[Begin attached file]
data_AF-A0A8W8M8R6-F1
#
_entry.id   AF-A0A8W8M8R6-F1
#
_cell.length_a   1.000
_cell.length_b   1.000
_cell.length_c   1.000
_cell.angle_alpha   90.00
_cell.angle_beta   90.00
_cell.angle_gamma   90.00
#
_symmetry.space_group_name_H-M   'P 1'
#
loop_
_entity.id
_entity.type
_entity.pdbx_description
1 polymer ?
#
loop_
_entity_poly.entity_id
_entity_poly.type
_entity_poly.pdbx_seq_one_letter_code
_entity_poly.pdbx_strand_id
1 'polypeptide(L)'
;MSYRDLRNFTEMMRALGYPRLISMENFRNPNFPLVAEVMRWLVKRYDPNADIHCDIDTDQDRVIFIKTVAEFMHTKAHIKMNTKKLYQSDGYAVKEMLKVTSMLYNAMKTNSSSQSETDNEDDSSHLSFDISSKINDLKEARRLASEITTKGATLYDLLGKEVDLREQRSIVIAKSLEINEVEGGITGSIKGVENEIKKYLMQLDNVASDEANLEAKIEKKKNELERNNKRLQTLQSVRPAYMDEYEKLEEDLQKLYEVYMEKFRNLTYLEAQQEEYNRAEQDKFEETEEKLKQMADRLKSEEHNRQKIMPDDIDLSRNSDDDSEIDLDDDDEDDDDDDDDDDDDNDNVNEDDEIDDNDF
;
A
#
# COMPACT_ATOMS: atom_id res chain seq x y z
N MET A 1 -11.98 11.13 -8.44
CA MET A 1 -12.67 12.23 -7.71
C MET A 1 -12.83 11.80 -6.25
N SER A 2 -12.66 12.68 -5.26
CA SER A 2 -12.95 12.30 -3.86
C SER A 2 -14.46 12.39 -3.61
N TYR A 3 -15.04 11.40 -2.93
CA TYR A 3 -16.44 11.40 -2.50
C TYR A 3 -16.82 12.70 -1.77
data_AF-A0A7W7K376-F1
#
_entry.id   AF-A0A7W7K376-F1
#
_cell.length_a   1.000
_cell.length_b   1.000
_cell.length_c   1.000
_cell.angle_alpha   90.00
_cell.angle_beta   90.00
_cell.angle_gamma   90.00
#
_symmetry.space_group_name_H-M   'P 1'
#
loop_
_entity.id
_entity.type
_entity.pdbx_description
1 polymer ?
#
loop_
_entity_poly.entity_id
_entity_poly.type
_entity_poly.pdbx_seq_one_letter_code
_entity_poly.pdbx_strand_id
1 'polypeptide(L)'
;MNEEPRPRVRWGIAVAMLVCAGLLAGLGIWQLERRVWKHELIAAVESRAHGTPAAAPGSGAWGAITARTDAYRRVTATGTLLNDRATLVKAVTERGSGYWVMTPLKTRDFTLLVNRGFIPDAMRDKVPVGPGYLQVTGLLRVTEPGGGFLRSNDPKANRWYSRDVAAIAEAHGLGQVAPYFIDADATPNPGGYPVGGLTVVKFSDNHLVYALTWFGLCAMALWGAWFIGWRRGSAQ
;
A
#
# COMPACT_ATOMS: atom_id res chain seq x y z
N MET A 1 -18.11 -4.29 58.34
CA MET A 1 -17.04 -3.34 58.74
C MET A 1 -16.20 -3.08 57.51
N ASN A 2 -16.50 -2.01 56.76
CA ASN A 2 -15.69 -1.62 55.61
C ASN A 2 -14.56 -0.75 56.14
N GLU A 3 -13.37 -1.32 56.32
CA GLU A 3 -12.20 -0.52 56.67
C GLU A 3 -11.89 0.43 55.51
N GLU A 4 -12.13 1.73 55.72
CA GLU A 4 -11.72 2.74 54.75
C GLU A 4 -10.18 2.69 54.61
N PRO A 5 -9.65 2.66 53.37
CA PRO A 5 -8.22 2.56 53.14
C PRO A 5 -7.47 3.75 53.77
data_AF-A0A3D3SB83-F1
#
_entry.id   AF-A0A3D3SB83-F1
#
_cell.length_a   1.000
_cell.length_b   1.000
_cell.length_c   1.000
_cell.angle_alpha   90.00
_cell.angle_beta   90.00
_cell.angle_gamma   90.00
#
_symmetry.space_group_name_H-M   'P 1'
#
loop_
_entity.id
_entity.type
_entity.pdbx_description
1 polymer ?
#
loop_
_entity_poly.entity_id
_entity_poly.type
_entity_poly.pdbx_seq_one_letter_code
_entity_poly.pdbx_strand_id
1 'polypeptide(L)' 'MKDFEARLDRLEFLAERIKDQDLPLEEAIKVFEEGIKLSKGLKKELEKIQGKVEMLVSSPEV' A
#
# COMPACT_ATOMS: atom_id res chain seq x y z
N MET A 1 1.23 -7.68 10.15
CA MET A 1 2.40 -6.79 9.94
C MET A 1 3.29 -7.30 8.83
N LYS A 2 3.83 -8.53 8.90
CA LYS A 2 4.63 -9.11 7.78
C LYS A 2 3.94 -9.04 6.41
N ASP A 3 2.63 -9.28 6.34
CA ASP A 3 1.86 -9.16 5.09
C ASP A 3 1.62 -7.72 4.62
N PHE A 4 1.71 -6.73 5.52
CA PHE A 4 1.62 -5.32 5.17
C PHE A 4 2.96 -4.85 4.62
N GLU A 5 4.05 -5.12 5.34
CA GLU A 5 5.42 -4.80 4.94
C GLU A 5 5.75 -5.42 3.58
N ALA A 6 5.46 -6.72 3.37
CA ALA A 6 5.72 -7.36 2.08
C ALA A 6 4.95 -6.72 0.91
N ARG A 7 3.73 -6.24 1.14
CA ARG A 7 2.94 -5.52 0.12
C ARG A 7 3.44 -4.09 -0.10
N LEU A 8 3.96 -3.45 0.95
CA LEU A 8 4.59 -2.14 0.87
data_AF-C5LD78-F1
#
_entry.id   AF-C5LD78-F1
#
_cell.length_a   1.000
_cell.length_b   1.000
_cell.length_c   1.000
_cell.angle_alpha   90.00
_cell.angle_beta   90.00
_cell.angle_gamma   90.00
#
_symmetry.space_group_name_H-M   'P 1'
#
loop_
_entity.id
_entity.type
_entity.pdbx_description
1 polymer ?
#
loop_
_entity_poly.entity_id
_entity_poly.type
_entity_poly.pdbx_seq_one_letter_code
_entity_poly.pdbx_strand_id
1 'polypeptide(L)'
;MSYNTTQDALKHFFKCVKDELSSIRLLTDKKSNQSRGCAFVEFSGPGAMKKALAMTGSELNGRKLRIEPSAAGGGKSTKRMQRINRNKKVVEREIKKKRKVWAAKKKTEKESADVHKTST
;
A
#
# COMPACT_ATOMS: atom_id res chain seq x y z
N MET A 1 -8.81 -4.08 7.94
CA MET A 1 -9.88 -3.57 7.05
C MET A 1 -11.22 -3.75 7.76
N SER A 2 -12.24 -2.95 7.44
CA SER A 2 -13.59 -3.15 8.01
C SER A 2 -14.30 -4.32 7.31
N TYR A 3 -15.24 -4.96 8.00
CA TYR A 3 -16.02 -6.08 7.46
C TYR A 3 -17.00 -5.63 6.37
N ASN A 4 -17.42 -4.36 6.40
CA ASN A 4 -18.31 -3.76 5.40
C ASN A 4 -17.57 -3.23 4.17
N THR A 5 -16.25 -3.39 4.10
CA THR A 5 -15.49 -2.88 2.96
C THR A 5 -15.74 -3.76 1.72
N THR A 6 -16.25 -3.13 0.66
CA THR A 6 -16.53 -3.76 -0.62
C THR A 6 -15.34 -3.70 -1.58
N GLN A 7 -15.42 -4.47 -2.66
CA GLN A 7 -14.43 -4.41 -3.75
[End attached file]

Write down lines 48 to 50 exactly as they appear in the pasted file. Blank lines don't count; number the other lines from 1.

_cell.angle_beta   90.00
_cell.angle_gamma   90.00
#